This Morocco sisal striped stair runner idea also serves to draw the eye and create a focal point in this large entrance hallway.
5. Invest in sustainable options with natural fibres
Looking to reduce your impact on the environment? Try a runner made from natural fibres such as seagrass, sisal and jute as an eco-friendly alternative to synthetic designs. With 85 percent of its rugs and runners being made from sustainable, natural sources, Alternative Flooring's Big Jute runner treads lightly on the planet.
'Natural fibres such as Jute are hardwearing and Big Jute is surprisingly soft underfoot,' says Lorna Haigh creative director of Alternative Flooring. 'Each has characterful texture and most wear well in high traffic areas such as entrances.'
Indeed the neutral woven finish and honeyed coloring of jute and natural fibres can be a beautiful way to inject subtle texture to a hallway as well as a timeless feel.
6. Have a bespoke runner made-to-measure
While there are plenty off-the-shelf runners available in standard sizes, but opting for a design which can be tailored to the dimensions of your hallway is the best way to guarantee the perfect fit, especially if you are have a particularly long hallway or are looking for small hallway ideas.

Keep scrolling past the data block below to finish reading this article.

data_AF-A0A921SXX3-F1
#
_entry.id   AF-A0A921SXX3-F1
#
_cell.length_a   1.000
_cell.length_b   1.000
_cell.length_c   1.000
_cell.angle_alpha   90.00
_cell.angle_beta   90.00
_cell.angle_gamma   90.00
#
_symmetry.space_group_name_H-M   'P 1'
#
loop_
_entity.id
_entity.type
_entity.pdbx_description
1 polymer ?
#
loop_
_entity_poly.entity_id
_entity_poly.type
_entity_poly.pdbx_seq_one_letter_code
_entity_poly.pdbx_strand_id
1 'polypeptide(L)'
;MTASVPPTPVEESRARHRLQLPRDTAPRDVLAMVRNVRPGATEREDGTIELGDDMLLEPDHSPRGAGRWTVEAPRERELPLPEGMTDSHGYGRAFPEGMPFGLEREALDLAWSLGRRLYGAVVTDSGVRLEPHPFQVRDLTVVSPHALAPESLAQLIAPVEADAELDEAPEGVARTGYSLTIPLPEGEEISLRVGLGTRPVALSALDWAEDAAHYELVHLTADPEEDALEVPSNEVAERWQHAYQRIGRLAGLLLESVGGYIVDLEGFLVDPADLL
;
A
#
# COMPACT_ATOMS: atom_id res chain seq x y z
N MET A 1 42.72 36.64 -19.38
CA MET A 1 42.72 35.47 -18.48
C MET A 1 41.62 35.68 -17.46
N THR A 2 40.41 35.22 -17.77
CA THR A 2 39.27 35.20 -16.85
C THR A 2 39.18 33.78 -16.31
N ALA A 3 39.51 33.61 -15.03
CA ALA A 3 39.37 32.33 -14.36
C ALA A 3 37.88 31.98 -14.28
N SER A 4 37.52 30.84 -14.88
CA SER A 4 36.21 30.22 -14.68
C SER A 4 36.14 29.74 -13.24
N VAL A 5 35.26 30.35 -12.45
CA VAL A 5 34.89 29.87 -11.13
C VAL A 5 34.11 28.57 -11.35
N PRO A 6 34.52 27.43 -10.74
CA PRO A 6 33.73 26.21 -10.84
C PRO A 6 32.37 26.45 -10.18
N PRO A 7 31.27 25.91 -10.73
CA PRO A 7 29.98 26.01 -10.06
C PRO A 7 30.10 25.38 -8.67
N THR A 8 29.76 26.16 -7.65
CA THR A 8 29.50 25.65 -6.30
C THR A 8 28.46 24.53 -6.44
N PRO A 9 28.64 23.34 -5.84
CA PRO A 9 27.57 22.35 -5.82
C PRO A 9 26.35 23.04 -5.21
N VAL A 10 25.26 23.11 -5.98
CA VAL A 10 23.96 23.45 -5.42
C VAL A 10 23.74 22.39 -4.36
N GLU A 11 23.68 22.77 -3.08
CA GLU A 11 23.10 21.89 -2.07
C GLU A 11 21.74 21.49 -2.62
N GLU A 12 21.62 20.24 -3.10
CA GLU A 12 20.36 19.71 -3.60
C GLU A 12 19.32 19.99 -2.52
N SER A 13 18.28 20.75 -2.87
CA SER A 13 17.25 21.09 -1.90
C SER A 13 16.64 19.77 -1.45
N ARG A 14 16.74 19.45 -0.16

In this long hallway a subtle striped runner accentuates the length of the space while the soft color helps keep the spacer feeling bright and airy. 'Stripes add visual interest to the floor and for those tight on space, it is worth remembering that linear stripes can help to enlarge the appearance of a room, this is especially effective in hallways as the stripe draws the eye along the design and therefore appears to elongate the area,' says Jon Flannigan product manager, Kersaint Cobb.
7. Celebrate craftsmanship with an antique runner
Often unrivalled in quality and showcasing exquisite craftsmanship and natural dyes, antique rugs and runners are a perfect compliment to period homes or traditional hallways. From Persian carpets to Turkish kilims, there are a dazzling array of designs available from across the globe which showcase unique manufacturing methods and have designs characteristic of different regions.